Presentation on theme: "1/12 Dielectric Breakdown in Air Components at Microwave Frequencies under Stratospheric Conditions S.K. Remillard, A. Hardaway*, Hope College, Department."— Presentation transcript:
1/12 Dielectric Breakdown in Air Components at Microwave Frequencies under Stratospheric Conditions S.K. Remillard, A. Hardaway*, Hope College, Department of Physics Brian Mork, Jake Gilliland*, Hope College, Department of Chemistry *students This work is funded by the Michigan Space Grant Consortium Michigan Space Grant Consortium Conference, Oct 18, 2008, Ann Arbor
2/12 Motivation To understand the response of “thin” air to intense microwave fields To study the electrodynamic mechanism involved in Ozone formation
3/12 The Microwave Plasma Generator Swept Signal Generator Power Amplifier transmission frequency Microwave Resonant Cavity Network Analyzer 1.8 GHz Quarter wave resonator Frequency tuner ~1W
4/12 Resonance and Perturbation Analysis Intense electric field in a resonator: E=10,000 V/m for P in =700 mW Perturbation measurement of the electric field in the gap using a PTFE insert: /4 Uniform Electric Field Region Total EM energy 0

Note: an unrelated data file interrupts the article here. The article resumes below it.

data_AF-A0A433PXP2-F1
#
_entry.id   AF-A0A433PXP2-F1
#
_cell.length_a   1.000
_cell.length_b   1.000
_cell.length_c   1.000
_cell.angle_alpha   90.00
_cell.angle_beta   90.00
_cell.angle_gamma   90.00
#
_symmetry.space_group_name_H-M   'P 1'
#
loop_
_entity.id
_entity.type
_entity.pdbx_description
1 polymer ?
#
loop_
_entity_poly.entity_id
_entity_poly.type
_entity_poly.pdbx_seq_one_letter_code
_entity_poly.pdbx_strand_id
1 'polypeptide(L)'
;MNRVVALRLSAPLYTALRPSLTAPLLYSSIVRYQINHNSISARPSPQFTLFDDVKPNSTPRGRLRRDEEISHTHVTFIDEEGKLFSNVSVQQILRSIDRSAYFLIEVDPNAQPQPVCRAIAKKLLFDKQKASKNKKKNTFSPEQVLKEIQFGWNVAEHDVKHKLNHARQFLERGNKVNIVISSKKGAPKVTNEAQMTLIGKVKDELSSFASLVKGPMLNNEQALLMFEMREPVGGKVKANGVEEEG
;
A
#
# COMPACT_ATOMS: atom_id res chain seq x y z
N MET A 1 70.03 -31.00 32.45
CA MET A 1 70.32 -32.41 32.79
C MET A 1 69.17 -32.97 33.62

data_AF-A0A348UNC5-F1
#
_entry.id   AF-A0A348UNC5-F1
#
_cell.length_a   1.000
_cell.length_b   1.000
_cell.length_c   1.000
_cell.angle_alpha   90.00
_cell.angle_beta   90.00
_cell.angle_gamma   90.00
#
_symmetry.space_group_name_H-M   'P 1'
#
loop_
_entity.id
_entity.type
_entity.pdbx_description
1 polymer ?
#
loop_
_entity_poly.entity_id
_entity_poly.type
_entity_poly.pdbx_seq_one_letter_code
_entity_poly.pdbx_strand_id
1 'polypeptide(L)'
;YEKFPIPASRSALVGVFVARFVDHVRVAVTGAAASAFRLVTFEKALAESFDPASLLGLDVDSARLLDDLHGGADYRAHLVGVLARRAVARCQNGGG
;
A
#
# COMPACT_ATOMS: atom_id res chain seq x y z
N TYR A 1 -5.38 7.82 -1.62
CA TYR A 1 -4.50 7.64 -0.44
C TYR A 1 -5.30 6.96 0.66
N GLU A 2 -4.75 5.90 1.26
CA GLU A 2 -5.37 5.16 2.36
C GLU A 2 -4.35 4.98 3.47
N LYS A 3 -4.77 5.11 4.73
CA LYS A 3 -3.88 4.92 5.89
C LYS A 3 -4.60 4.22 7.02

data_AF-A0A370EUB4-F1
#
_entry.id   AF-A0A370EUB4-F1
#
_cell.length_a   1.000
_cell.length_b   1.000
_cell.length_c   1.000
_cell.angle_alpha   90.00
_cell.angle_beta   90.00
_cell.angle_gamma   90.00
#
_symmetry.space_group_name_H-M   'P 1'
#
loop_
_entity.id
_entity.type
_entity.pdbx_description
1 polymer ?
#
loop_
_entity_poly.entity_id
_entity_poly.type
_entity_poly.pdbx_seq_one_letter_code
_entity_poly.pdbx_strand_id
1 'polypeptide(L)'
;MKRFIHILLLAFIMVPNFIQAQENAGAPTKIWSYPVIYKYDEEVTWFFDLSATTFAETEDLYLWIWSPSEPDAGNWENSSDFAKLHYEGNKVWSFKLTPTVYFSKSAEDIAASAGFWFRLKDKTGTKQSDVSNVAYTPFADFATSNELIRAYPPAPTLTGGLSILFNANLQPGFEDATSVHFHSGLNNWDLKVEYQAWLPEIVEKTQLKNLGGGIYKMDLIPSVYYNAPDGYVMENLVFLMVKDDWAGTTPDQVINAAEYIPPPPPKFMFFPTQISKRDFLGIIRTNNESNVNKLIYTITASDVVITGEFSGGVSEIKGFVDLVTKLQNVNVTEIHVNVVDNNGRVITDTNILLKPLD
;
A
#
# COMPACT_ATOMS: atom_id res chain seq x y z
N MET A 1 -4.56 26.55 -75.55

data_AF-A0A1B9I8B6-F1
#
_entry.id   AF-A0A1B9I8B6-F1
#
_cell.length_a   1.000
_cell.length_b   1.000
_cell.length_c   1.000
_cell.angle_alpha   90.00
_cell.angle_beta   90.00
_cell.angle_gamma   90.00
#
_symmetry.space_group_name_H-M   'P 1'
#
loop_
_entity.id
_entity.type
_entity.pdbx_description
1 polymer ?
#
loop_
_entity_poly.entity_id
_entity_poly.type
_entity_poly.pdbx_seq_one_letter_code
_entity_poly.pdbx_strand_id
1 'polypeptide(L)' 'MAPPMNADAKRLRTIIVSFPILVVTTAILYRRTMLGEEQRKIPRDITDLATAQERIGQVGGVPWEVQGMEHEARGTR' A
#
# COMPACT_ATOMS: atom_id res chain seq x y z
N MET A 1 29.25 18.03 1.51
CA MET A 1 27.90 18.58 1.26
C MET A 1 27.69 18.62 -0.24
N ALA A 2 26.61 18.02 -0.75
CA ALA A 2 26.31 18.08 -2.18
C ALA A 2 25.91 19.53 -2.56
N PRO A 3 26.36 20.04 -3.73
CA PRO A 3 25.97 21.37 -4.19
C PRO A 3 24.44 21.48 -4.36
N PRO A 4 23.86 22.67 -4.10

5/12 Network Analyzer Amplifier Pirani Gauge Vacuum Chamber Cryo Refrig Temperature Controller Compressor Jake Three Modules in this Experiment: Microwave Vacuum Cryogenic
6/12 at breakdown Transmission of power through the resonator… below breakdown
7/12 Air and its Principal Components 1.8 GHz and 290 K Paschen minimum
8/12 Ambient Temperature Effects Water vapor makes breakdown more difficult at low pressure.
9/12 Phenomenological Model #1 Mean Electron Energy ℓ=Mean Free Path P=pressure ℓ (A.U.) U (A.U.) Nitrogen at 294 K and 1.8 GHz Breakdown
10/12 Phenomenological Model #2 What should be the breakdown E field? Effective field for energy transfer Collision Rate P Number density P Free fit parameter Does this fit the data? At breakdown
11/12 Phenomenological Model #2 For a plasma in free space, m=1. (Gurevich, 1997) m=0.43 m=1 High R 2 =7: Model doesn’t account for very low pressure Underestimated uncertainties dotted line: force m to be one
12/12 Conclusion and Follow-up Next two variables: 1. Microwave frequency 2. Characteristic Diffusion Length Another goal is to relate ozone production in air discharge to the electromagnetic wave properties: 1. A residual gas analyzer gas sampler has been constructed 2. Currently designing a resonator that mounts directly to the gas sampler. Follow-up This work is funded by the Michigan Space Grant Consortium
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